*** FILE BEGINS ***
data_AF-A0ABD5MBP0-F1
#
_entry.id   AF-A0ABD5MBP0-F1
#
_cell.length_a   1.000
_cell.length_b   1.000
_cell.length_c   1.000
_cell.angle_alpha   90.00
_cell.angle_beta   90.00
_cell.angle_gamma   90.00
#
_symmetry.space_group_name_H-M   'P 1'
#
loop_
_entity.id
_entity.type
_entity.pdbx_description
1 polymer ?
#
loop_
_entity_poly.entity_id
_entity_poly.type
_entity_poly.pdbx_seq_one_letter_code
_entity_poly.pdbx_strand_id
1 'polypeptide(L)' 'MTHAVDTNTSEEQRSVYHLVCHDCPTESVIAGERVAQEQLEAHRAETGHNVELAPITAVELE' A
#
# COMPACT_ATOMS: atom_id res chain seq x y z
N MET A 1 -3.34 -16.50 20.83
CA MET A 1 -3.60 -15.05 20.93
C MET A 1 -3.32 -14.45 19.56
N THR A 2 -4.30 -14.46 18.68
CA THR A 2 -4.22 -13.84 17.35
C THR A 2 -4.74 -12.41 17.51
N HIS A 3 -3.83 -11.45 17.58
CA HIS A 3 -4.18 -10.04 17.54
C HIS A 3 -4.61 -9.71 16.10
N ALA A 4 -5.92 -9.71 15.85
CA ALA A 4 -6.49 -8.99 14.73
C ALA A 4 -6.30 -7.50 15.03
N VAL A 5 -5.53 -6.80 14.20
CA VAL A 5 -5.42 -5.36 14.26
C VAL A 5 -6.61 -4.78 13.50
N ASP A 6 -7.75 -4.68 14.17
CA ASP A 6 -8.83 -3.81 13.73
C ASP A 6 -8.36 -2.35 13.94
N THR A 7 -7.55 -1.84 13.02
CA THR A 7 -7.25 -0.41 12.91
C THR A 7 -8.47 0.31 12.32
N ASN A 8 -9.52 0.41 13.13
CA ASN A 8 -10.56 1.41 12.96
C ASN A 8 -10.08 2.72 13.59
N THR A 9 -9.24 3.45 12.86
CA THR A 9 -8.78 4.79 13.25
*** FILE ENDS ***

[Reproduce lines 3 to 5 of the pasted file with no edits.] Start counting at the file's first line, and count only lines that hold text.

_entry.id   AF-A0ABD5MBP0-F1
#
_cell.length_a   1.000